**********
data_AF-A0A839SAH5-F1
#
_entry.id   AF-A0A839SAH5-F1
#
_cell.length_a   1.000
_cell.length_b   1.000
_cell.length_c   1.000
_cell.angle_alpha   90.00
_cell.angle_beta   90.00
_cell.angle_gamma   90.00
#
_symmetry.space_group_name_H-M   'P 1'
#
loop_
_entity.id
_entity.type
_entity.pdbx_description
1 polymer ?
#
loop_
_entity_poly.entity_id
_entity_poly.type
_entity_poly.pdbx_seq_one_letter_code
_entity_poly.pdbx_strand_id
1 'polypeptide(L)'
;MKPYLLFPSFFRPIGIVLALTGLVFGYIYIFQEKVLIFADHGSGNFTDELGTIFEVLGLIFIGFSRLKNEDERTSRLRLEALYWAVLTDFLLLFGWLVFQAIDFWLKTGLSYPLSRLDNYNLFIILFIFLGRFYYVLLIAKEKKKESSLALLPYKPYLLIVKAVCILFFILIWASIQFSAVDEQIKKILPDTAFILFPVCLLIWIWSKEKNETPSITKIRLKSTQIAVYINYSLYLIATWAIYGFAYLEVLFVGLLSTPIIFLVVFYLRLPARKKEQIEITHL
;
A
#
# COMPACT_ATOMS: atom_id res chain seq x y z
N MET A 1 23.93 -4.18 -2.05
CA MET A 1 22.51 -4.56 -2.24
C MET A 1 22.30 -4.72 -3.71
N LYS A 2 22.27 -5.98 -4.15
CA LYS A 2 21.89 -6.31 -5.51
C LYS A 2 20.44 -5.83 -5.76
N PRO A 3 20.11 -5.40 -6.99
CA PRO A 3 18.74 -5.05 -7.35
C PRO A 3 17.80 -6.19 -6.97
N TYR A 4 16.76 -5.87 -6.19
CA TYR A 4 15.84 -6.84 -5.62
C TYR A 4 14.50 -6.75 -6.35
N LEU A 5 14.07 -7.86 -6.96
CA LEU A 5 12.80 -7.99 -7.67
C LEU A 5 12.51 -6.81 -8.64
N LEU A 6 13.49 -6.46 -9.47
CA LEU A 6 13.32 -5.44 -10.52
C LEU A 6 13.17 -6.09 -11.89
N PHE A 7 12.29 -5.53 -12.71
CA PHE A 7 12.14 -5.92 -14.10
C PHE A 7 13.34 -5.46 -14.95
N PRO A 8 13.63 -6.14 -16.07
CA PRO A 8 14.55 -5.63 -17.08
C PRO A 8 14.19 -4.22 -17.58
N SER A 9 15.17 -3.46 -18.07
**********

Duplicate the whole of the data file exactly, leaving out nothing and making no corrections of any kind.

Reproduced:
data_AF-A0A839SAH5-F1
#
_entry.id   AF-A0A839SAH5-F1
#
_cell.length_a   1.000
_cell.length_b   1.000
_cell.length_c   1.000
_cell.angle_alpha   90.00
_cell.angle_beta   90.00
_cell.angle_gamma   90.00
#
_symmetry.space_group_name_H-M   'P 1'
#
loop_
_entity.id
_entity.type
_entity.pdbx_description
1 polymer ?
#
loop_
_entity_poly.entity_id
_entity_poly.type
_entity_poly.pdbx_seq_one_letter_code
_entity_poly.pdbx_strand_id
1 'polypeptide(L)'
;MKPYLLFPSFFRPIGIVLALTGLVFGYIYIFQEKVLIFADHGSGNFTDELGTIFEVLGLIFIGFSRLKNEDERTSRLRLEALYWAVLTDFLLLFGWLVFQAIDFWLKTGLSYPLSRLDNYNLFIILFIFLGRFYYVLLIAKEKKKESSLALLPYKPYLLIVKAVCILFFILIWASIQFSAVDEQIKKILPDTAFILFPVCLLIWIWSKEKNETPSITKIRLKSTQIAVYINYSLYLIATWAIYGFAYLEVLFVGLLSTPIIFLVVFYLRLPARKKEQIEITHL
;
A
#
# COMPACT_ATOMS: atom_id res chain seq x y z
N MET A 1 23.93 -4.18 -2.05
CA MET A 1 22.51 -4.56 -2.24
C MET A 1 22.30 -4.72 -3.71
N LYS A 2 22.27 -5.98 -4.15
CA LYS A 2 21.89 -6.31 -5.51
C LYS A 2 20.44 -5.83 -5.76
N PRO A 3 20.11 -5.40 -6.99
CA PRO A 3 18.74 -5.05 -7.35
C PRO A 3 17.80 -6.19 -6.97
N TYR A 4 16.76 -5.87 -6.19
CA TYR A 4 15.84 -6.84 -5.62
C TYR A 4 14.50 -6.75 -6.35
N LEU A 5 14.07 -7.86 -6.96
CA LEU A 5 12.80 -7.99 -7.67
C LEU A 5 12.51 -6.81 -8.64
N LEU A 6 13.49 -6.46 -9.47
CA LEU A 6 13.32 -5.44 -10.52
C LEU A 6 13.17 -6.09 -11.89
N PHE A 7 12.29 -5.53 -12.71
CA PHE A 7 12.14 -5.92 -14.10
C PHE A 7 13.34 -5.46 -14.95
N PRO A 8 13.63 -6.14 -16.07
CA PRO A 8 14.55 -5.63 -17.08
C PRO A 8 14.19 -4.22 -17.58
N SER A 9 15.17 -3.46 -18.07